A useful diagram for various cooking orientated neccessities. The perfect kitchen companion.
THE ULTIMATE STEAK & CHIPS.
You thought Miller & Carter do it well, prepare yourself for a lesson in the simple steak and chips. Juicy tender and cooked to perfection.
Firstly the chips, Heston Blumenthal inspired triple cooked chips.
To serve 4-6
You will need:
1kg Maris Piper potatoes, peeled and cut into chips (approx. 2 × 2 × 6cm)
Groundnut or grapeseed oil
1. Place the cut chips into a bowl under running water for five minutes to wash the starch off.
2. Place 2kg cold tap water in a large saucepan and add the potatoes. Place the pan over a medium heat and simmer until the chips are almost falling apart (approximately
20–30 minutes, depending on the potato).
3. Carefully remove the cooked chips and place them on a cooling rack to dry out. Then place in the freezer for at least one hour to remove more moisture.
4. Heat a deep-fat fryer or a deep pan no more than half filled with oil (to a depth of around 10 centimetres) to 130ºC.
5. Fry the chips in small batches until a light crust forms (approximately five minutes), remove from the oil and drain on kitchen paper.
6. Put the potatoes on a cooling rack and place in the freezer for at least one hour. (At this stage, if you don’t want to cook and serve immediately, the chips can be kept in the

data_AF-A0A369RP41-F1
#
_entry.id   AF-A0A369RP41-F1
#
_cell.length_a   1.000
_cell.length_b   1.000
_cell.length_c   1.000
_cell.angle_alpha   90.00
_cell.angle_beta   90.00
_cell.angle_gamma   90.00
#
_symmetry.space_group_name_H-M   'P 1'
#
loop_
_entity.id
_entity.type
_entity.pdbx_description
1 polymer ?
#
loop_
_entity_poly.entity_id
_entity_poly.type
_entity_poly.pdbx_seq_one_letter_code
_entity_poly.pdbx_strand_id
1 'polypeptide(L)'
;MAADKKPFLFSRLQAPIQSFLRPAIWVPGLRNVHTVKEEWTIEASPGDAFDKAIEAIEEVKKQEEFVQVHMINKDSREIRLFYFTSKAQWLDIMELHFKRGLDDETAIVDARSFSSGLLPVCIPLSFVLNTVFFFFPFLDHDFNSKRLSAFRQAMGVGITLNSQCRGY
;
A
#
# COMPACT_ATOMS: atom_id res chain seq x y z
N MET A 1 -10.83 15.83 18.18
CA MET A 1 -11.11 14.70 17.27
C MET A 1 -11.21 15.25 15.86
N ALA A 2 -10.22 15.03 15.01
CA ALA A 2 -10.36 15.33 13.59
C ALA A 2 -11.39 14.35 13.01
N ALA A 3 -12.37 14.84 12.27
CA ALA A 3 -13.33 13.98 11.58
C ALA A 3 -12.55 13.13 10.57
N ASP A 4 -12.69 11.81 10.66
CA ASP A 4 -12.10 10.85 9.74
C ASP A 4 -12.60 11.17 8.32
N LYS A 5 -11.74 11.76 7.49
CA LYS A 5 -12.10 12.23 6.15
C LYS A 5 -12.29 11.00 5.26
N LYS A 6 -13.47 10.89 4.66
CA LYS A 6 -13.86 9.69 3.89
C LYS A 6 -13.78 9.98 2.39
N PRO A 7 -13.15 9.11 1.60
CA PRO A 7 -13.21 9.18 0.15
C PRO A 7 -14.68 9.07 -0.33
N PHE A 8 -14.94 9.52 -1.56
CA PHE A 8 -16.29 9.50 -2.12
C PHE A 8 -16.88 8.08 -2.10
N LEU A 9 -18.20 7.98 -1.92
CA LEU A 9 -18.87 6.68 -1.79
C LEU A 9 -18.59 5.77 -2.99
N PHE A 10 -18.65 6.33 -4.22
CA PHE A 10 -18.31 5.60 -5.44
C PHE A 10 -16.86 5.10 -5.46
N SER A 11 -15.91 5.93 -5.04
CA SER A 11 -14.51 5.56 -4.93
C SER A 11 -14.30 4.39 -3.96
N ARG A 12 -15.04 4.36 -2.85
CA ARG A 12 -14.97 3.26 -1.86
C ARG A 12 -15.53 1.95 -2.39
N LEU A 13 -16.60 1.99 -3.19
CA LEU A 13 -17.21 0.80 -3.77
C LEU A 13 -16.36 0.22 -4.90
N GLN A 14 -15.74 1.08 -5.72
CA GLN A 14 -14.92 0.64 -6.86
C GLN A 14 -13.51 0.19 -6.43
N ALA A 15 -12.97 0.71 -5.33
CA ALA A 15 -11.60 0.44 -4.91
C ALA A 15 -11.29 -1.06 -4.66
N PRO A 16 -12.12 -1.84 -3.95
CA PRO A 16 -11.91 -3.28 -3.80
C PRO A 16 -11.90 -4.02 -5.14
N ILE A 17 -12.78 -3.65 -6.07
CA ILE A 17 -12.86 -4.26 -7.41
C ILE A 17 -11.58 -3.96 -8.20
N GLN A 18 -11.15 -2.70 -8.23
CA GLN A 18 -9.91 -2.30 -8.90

fridge for three days.)
7. Heat the oil in the deep-fat fryer or deep pan to 180ºC and fry the chips until golden (approximately seven minutes).Drain and sprinkle with sea salt for most effective taste.
I recommend using duck fat for the chips it’s by far the most unhealthy and luxurious, so treat yourself.
Now for the steak:
I would personally choose a good quality well sourced local beef. An aged fillet, look out for darkening of the meat it means more flavour.
Basing this on a 8-10oz piece of meat:
1) Preheat griddle or pan til very hot almost smoking. Press either side of the steak with generous amounts of salt and pepper and brush with olive oil.
2) Lay down the steak flat so the whole surface meets the pan causing the meat to instantly seal and lock in the juices. For a rare steak turn over after 2 minutes for medium 3min 30 and the same amount of time on the other side.
3) When the time has passed remove steak from the pan place on a board or plate and cover with tin foil as if putting a blanket over the steak. This method is called resting and it’s where most people go wrong, resting is mandatory for the steak to re absorb the juices lost when the molecules retract during the cooking process and the end product will end up much more flavourful and juicy.
4) After 4-5 minutes remove foil and serve steak alongside the chips. Add garlic butter to steak if desired but keep it simple the steak alone if a good quality will taste incredible.
Coming soon.. Sauces!
Today I experimented with a quick and easy variation of the all time family favourite, bolognese. This is the perfect fast fix for people always on the go, as it took me less than 20 minutes to cook. Not only speedy to make its cost effective, as I used very few ingredients and ended up making use of things I had left over at the end of the week.
The dish is light, delicate and a warm pleasure to the tastebuds. I prepared this meal for two people, but you could easily double up ingredients and feed four.
3tbsp of Olive Oil
1 garlic clove peeled and chopped